“I wish I had more ambition.” This is the last thing I was expecting to hear from Rachel Roy, renowned designer (who has dressed the likes of Michelle Obama, Oprah Winfrey, and Gwenyth Paltrow), philanthropist, and mother of two. Call it ambition or not, there’s no question that work ethic and determination has enabled Rachel to overcome a number of obstacles since launching her brand in 2004. Rachel has prevailed as a woman who leads by example—holding her head high, moving forward, and doing what she believes in. I spoke with Rachel about the privilege of working, the advice she’d give to her 28-year-old self, and what courage means to her.
“Growing up as the daughter of an immigrant father from a Third World country where people do not have the privilege of working, I have never been fearful of work. Rather, I was thankful for what it provided. That perspective has stayed with me. Work has provided me freedom, and I believe it does for others as well. I find work frustrating at times, but never difficult. Patience is difficult. Other things are difficult. Work is a privilege. When I was 14-years-old, my father dropped me off at a mall and wouldn’t let me come home until I got a job. In the years following, I worked for free as a stylist alongside retail jobs. Without being forced to work in my teens and continuing to work as a young person, I don’t believe I would have the work ethic I have now. The one thing all of the most successful people I know have in common is a lot of hard work. Hunger is key and so is ambition—two very different things. I have a hunger to help those in Third World countries, and for justice. I have a hunger for fashion, creativity, and joy. While I’ve been able to persevere through a lot, I still don’t consider myself driven. I wish I had more ambition. I was born to a father that always had a minimum of three jobs and told the best stories at the party—the person that others were drawn to—and to a mother that worked the same job for 35 years and went to church every weekend. I think my perseverance stems from childhood—that growing up with little has made me push myself.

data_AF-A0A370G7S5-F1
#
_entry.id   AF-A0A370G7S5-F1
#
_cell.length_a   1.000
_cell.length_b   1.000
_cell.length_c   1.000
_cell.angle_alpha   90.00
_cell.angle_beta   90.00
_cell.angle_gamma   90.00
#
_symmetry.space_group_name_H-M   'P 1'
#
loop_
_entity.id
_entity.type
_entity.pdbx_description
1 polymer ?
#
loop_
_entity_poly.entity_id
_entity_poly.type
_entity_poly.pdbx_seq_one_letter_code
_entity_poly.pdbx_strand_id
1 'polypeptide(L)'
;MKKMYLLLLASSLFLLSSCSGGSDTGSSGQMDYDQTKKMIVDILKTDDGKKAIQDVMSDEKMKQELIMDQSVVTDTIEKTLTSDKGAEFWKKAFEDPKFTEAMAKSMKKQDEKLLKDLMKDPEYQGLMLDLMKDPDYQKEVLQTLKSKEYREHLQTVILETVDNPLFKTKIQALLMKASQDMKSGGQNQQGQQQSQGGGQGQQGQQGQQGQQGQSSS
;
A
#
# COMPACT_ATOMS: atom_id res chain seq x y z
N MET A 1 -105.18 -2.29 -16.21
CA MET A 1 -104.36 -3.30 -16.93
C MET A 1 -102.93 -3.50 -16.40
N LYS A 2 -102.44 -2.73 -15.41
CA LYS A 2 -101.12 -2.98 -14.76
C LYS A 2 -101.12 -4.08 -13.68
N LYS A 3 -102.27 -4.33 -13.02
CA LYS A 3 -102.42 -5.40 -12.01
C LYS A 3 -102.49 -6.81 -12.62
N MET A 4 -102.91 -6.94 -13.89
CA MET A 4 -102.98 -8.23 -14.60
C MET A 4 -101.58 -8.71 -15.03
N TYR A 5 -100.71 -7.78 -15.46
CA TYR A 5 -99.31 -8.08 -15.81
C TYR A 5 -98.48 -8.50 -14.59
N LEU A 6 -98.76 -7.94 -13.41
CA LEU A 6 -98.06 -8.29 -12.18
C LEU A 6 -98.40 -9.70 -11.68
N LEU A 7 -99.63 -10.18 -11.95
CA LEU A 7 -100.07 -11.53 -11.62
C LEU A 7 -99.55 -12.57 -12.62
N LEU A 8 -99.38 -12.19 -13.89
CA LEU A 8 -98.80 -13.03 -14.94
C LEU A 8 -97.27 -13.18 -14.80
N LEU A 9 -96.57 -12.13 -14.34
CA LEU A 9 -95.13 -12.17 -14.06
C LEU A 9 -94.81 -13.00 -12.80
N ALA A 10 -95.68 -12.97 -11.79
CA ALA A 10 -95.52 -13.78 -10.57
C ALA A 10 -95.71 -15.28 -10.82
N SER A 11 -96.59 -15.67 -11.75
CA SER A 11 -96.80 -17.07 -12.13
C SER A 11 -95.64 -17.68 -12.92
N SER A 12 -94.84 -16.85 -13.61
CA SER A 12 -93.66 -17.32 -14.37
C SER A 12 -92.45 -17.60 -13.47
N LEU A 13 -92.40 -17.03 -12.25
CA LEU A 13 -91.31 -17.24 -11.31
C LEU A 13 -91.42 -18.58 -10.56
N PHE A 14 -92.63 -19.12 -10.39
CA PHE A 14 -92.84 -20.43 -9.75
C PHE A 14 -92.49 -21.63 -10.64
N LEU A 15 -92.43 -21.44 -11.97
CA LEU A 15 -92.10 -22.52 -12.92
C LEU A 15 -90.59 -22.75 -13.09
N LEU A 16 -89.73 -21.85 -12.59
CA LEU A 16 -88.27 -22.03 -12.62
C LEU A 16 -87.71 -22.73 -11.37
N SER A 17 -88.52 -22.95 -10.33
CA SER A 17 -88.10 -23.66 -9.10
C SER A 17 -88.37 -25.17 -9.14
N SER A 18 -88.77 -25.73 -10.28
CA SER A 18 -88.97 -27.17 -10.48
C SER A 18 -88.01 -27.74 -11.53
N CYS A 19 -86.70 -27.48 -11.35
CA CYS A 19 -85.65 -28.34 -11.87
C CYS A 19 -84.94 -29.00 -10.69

My determination comes from believing in myself even when others may not.
I crave learning in most areas of my work, but I never doubt myself when it comes to design. In past collections, the items I needed to drop but didn’t (and subsequently regretted) were my fault. But everything I’ve been disappointed in within work has been a learning opportunity. What I’ve learned over the years is to listen to myself, and to not try and please or be overly polite (an important lesson to learn). If I had to describe my purpose, I’d say that it’s to be a voice for women and children who have no voice, to leave people a little bit better than how I found them, to help others design the life they wish to live, and to practice kindness—it is always fashionable! For anyone trying to figure out what their own purpose is, I tell my friends, team, customers, and loved ones to think about how they spend their time off. What do they love doing when they have the time for it? Make a career out of that. There is always a way. It may not always lead to a plethora of money, but it will lead to a plethora of happiness.
I’ve had a strong sense of myself and who I was from early on. I’m not sure if it’s something innate or learned, perhaps a bit of both, but mostly innate. Personally, I believe your intent matters most. Whatever you’re doing, if there’s not integrity, it just won’t feel good. I also value intelligence, humility, love, and compassion—all things that grow and develop with time. If those parts of yourself do not grow, there is a huge problem. We are meant to grow and evolve. I also believe in being courageous and fighting for yourself when you need to. For me, that’s meant fighting for my name, fighting for my company, relocating to California, and being a single mom. As much as you need to know how to fight, it is just as important to know when to bend. Not one or the other will lead to peace, only a balance and flow of both.
I firmly believe that you get what you tolerate.
Children were always in my life path, but they are not in everyone’s, and that is OK. I didn’t have one drop of fear about how having children would affect my career. I give up many things professionally and personally for my children, and I would not have it any other way. I did not become the woman I was meant to be until I gave birth to my daughter, Ava. I learned to love myself for her. If you are willing, your children will provide the most self-love you will ever have for yourself. However, they are a piece or pieces of the pie, not the entire pie. No one person should be the entire pie. When it comes to having kids as well a career, there is no balance. You are either doing really well being a mom, doing really well at work, doing really well at working out, or doing really well in a personal relationship. But you do those things well one at a time. There is no such thing as doing it all. And you have to be OK with that.
You should set the bar for yourself as high as you would for your child or your loved ones. If I was to give advice to my 28-year-old self, I would say: It was within you all along—all that you tolerate, all that you hope for, all of it. You have the capacity to give it all to yourself. You don’t need anyone to complete you. You complete you. You are whole.”